Irina Cristea and Grégoire Zündel (with Amilcar da Rocha Ferreira) led the project in the competition.


LILY (Poitiers, France) – by Atelier Zündel Cristea (AZC)

Photo by Sergio Grazia
Photo by Sergio Grazia
Photo by Sergio Grazia

Lily is a structure floating on the central lake of the Futuroscope, near Poitiers, France, which offers a playful and sensorial experience. Installed in 2019, it is composed of five giant buoys moored to a deck measuring 40m in diameter. It consists of 1000m² of canvas, 410m² of braided mesh, and 450m³ of air. The installation is intended for a wide audience and invites different possible uses. For example, people can walk leisurely on the deck, from where they can contemplate the large white shapes and think about how these relate to the water around them. The buoys, on which trampolines have been installed, constitute places of entertainment for those who want to use them to bounce, but they can also become peaceful places for those who prefer to daydream while lying in the sun. The whole structure reacts to people’s spontaneous movements, amplifying people’s joyful spirit as it vibrates in response to their twists and jumps and comes to life through energy transfer. It took 500 hours to design Lily, 1400 hours for its realization, and 1200 hours to assemble it in situ.

‘‘The magic of the water, the unpredictability of movements, and the joy of moving create intense moments during which weightlessness, euphoria, and wonder mingle.”


The BOUNCING BRIDGE project was realized by Atelier Zündel Cristea (AZC). The LILY project was realized by W.A.O. by  Grégoire Zündel, Irina Cristea (both associates at Atelier Zündel Cristea), and David Joulin.


Irina Cristea graduated from the Architecture and Urbanism Institute Ion Mincu in Bucarest (Romania) and the Ecole Nationale d’Architecture de Strasbourg. She co-founded Atelier Zündel et Cristea (AZC) in Colmar in 2001 with Grégoire Zündel, before moving to Paris. In 2017, with Grégoire Zündel and David Joulin, she creates the agency W.A.O. (Wild Architectural Objects), which is the product of her wider reflection about the need to foster activities and art in urban spaces through the use of structures that be moved, disassembled, and recycled.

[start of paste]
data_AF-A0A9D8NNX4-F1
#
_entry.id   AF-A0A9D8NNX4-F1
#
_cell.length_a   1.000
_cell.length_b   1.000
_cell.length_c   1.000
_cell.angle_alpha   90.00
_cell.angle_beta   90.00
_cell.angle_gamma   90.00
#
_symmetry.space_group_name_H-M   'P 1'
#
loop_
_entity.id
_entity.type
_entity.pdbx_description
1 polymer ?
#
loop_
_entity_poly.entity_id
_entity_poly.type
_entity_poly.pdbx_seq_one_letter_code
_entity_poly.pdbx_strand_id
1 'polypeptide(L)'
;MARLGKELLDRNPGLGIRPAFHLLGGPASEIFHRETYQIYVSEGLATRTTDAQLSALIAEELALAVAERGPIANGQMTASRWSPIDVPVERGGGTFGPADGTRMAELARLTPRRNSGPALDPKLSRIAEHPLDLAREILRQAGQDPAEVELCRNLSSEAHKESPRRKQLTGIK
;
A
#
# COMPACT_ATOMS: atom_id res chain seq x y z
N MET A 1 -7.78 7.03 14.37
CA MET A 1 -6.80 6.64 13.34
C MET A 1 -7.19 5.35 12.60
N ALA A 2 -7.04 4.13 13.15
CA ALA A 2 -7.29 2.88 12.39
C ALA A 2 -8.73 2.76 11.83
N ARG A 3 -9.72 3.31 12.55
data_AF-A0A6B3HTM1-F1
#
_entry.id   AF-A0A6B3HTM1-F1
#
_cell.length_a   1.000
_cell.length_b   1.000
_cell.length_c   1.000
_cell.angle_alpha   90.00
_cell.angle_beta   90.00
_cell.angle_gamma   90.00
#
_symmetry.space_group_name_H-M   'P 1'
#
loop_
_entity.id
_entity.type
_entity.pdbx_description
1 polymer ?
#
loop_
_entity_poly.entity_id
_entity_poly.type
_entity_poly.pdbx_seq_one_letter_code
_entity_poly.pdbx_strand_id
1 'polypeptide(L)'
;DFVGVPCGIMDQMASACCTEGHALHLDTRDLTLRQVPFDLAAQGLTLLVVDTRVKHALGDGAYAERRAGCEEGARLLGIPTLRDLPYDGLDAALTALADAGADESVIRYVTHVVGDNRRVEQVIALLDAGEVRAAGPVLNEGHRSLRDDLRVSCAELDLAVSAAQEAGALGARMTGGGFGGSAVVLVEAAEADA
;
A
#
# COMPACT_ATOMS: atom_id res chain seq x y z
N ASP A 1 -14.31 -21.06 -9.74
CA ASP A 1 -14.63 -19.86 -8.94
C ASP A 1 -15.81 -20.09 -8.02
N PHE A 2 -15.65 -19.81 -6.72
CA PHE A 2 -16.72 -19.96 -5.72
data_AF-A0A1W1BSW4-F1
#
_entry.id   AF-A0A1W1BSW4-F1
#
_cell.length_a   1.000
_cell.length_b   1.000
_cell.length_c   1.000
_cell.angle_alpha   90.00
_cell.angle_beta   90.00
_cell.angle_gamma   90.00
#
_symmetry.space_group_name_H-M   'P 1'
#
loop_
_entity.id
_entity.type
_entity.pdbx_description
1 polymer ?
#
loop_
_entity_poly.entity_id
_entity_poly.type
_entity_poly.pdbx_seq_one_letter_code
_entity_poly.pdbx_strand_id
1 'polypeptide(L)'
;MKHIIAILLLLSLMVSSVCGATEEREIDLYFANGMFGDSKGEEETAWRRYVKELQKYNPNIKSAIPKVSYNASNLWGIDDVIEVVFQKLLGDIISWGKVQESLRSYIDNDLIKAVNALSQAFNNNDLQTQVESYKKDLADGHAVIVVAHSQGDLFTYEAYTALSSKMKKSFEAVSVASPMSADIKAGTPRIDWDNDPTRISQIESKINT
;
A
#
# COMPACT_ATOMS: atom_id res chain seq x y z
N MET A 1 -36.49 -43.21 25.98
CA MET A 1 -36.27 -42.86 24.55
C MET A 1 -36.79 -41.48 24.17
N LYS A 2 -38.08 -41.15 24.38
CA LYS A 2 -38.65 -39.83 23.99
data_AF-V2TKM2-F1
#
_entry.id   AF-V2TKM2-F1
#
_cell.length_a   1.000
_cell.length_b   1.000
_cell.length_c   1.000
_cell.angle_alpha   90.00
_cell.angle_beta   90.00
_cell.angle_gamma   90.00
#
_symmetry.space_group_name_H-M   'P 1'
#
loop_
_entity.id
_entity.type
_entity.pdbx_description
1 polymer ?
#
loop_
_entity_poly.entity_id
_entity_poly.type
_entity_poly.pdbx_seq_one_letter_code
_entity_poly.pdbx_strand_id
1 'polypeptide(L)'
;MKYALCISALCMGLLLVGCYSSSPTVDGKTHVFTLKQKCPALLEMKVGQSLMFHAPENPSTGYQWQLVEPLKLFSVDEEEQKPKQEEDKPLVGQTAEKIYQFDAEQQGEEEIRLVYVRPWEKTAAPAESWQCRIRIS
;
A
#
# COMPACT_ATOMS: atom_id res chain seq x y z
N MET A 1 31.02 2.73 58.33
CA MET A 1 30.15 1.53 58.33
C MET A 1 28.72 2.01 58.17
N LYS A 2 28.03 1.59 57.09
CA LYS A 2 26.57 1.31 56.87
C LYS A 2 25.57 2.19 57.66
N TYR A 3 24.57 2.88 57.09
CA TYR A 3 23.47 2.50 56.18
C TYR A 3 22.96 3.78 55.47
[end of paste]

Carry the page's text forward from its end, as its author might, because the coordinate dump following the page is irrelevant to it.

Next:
Grégoire Zündel graduated from the l’Ecole Nationale d’Architecture de Strasbourg. He co-founded Atelier Zündel et Cristea (AZC) in Colmar in 2001 with Irina Cristea before moving to Paris. In 2017, with Irina Cristea and David Joulin, he creates the agency W.A.O. (Wild Architectural Objects).


David Joulin created the architectural office “AJC” (with François Chochon), as well as Wild Architectural Object  (WAO) and “ADJ” (Atelier David Joulin). He obtained his diploma in architecture from the École Nationale Supérieure d’Architecture de Paris Val de Seine. He has most recently been busy on projects such as the restructuration of the Centre Culturel et Sportif Georges Pompidou in Vincennes, the construction of a regional conservatory in Évreux, a theater in Beauvais, the city museum of Morzine-Avoriaz, and the Laboratoire de la Performance for the French Football Federation in Clairefontaine, among others.